10 Excellent Reasons To Play Video Games

1. Experience An Art Medium Like No Other


So far I€™ve spoken a lot about health/social benefits, but now I€™d like to take a moment to consider video games as a recreational activity. So easily reducible in the minds of their detractors, they are much more than €œpoint and shoot€, €œsolve the puzzle€ or €œwin the football match." Of course they are all of these things €“ but they are also much more. Video games can boast beautiful artwork, exhilarating musical scores, intriguing characters and exceptional plots. Unlike any other form of art in existence, they offer the combination of all of these different aspects combined with the satisfaction of experiencing them first hand €“ instead of watching James Bond defuse the bomb, you do it yourself. Instead of listening to someone else play the song, you play it yourself. The artwork of Okami is revealed by your own paint strokes (with the Wii-mote) on the screen, and the plot of Mass Effect is shaped to no small degree by your own choices throughout the experience. To dismiss video games as nothing but a childish toy is short-sighted; they can be music (but with images), art (but with sound), and encompass a great plot (but with choices). All of this, and more; video games can let players display their own creativity. Instead of simply enjoying the work of others, they can design their own maps or scenarios and improve their minds with competitive play. The limits of the medium are what we make them, and they€™re less and less restrictive each year. Prove It Much of what I€™ve said here is self evident, but the uses of simulation as a more effective form of learning than passive reception have been well documented. Video games, more than film or even books, can help us experience and memorise information. My girlfriend studies Art History and was quite surprised at the extent to which I could talk to her about Italian Renaissance Architecture. I hadn€™t studied it conventionally at any point, but I had played Assassin€™s Creed II, which features quite a faithful replication of Renaissance Italy (up to the point of including the buildings still in construction in the time period). I predict that the use of virtually simulated environments within education is going to sky rocket in the future, as climbing up to the top of The Santa Maria del Fiore will always be infinitely preferable to reading about it for the majority of school children.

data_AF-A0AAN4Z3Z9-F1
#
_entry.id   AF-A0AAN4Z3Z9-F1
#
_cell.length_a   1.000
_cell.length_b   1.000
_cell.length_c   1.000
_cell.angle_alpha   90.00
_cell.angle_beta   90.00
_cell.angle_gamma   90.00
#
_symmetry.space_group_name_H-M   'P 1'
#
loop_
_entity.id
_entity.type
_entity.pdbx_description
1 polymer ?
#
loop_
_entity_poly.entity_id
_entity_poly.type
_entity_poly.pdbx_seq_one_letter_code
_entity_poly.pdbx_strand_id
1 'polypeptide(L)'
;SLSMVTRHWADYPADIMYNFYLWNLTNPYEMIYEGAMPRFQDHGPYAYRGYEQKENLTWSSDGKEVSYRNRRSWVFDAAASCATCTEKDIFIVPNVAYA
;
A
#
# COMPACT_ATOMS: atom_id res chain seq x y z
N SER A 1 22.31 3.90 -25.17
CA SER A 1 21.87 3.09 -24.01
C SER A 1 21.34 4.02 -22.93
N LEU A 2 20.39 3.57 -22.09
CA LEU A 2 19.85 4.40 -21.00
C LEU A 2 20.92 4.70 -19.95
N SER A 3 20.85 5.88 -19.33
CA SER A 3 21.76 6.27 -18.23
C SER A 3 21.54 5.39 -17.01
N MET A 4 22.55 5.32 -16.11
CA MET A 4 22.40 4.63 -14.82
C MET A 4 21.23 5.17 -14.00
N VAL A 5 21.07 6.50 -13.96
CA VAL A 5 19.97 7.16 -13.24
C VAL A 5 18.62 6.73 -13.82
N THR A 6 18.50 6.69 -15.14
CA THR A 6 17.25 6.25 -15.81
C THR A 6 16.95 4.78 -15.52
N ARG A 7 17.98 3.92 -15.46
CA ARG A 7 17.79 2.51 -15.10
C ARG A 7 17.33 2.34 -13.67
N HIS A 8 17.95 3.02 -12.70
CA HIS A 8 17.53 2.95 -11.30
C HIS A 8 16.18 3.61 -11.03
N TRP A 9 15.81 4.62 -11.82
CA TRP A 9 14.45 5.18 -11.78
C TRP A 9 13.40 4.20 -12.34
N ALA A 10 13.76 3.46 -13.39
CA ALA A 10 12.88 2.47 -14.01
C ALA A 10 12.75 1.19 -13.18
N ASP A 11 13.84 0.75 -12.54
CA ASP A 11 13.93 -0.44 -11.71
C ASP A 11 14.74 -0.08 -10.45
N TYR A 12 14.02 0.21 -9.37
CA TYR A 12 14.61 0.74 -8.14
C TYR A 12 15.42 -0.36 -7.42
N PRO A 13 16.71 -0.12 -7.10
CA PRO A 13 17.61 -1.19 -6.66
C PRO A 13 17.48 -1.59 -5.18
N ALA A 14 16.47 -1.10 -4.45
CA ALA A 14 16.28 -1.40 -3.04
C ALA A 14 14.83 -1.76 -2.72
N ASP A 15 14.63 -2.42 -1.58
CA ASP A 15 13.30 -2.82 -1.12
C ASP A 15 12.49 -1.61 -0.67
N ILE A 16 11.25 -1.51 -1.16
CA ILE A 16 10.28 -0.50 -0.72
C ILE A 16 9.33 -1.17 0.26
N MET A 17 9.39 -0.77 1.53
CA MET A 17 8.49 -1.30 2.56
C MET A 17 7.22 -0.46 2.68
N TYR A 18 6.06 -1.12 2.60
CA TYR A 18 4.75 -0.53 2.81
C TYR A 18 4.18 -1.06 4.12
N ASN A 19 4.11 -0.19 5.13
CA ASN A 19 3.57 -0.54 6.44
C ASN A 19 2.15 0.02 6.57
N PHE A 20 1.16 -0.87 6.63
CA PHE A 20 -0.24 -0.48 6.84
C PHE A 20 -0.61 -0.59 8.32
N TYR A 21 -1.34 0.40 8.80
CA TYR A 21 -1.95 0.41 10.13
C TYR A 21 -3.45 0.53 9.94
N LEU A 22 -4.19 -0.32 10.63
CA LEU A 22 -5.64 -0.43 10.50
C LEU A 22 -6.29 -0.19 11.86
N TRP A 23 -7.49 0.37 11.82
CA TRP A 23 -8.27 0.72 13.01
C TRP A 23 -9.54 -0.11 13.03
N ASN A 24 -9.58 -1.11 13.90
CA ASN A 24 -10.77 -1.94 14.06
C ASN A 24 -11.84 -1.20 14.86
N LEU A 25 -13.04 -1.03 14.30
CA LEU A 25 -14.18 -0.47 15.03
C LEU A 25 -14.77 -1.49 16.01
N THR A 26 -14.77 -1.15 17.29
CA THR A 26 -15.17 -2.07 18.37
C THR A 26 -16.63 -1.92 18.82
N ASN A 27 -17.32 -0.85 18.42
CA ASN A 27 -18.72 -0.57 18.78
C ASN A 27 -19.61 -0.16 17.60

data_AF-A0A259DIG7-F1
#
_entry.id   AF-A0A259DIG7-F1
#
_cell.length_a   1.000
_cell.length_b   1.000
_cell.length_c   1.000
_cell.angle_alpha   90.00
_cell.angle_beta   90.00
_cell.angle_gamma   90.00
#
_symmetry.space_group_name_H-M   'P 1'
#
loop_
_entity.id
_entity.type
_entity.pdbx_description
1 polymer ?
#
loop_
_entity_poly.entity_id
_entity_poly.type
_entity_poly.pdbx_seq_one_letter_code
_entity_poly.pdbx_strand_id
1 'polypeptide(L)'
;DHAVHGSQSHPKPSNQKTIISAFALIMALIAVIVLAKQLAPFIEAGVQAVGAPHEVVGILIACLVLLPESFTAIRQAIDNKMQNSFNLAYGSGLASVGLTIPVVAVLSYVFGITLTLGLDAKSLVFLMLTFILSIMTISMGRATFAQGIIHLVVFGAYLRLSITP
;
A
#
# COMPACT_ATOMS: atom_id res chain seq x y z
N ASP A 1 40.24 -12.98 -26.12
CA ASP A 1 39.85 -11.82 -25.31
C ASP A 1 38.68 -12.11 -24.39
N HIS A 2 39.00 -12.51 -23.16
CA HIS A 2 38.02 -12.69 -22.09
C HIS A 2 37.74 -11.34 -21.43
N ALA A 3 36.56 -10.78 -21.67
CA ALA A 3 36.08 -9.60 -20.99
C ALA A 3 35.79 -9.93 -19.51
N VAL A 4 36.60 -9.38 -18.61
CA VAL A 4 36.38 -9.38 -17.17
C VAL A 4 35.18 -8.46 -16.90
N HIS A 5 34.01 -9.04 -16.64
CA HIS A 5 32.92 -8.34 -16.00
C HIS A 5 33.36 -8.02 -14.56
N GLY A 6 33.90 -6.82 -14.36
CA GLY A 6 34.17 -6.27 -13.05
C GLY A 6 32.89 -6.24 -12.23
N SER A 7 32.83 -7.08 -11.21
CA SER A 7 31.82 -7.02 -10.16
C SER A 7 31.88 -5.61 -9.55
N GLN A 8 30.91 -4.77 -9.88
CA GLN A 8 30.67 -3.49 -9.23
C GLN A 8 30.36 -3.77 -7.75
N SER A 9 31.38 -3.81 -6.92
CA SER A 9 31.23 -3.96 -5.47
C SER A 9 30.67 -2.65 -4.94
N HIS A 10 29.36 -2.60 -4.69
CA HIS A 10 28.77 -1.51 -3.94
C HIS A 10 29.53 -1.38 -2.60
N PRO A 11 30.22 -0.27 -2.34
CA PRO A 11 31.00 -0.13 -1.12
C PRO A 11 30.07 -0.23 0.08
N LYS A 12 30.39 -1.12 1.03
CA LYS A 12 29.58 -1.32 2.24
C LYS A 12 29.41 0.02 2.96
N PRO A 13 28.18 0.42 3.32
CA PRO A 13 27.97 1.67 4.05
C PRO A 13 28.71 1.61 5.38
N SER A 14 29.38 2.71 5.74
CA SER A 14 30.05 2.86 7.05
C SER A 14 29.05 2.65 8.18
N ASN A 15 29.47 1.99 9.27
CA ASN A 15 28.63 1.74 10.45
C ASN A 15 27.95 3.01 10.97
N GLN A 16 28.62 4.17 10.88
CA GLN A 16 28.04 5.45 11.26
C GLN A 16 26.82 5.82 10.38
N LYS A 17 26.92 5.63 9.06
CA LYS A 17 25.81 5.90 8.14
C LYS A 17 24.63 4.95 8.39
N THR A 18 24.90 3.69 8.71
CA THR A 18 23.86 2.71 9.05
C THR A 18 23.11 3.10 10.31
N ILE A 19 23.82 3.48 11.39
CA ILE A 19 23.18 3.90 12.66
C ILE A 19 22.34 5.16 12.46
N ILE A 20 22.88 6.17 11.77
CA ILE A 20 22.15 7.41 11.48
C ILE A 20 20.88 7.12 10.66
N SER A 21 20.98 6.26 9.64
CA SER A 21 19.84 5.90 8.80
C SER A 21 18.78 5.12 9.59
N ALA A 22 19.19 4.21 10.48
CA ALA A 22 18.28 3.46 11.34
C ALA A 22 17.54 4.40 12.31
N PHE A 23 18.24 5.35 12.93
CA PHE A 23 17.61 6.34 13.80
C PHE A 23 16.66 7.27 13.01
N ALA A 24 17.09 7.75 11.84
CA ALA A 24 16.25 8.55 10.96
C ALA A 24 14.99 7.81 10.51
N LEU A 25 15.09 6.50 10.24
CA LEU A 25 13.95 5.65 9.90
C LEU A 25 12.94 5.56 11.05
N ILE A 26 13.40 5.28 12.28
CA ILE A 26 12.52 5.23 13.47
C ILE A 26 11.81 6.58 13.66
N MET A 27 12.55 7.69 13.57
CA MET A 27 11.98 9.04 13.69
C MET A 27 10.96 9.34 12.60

Closing Thoughts:

After reading this article, one could be forgiven for thinking that gamers are some new race of super-humans. Obviously I€™m not trying to suggest that that€™s the case €“ only that gaming is a fun activity which has been shown to have social, medical and educational benefits. As with anything, it€™s only positive in moderation and there are also plenty of negative aspects to video games €“ which can potentially be socially isolating, might cause players to disassociate themselves somewhat from reality, and most of all, can be highly addictive. Video games should form part of a varied life style which also includes regular physical exercise and face-to-face human interaction; they shouldn€™t replace it. When used responsibly, however, they can have a positive impact on someone€™s life which extends far beyond time spent actually playing the games. What do you think about playing video games? Do they have a positive or negative effect on us? Have your say in the comments section below.

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Laurence Gardner was born in Canterbury, England. After moving around various cities during his childhood, and spending some time travelling in Europe and America, he studied English Literature at Oxford University. Since then, he’s been living abroad, teaching English, learning a range of languages, and writing in his free time. He can currently be found in Heidelberg, working as an English Tutor and Translator and studying at the University. If you liked this article, follow him on Twitter to get automatic updates on his work.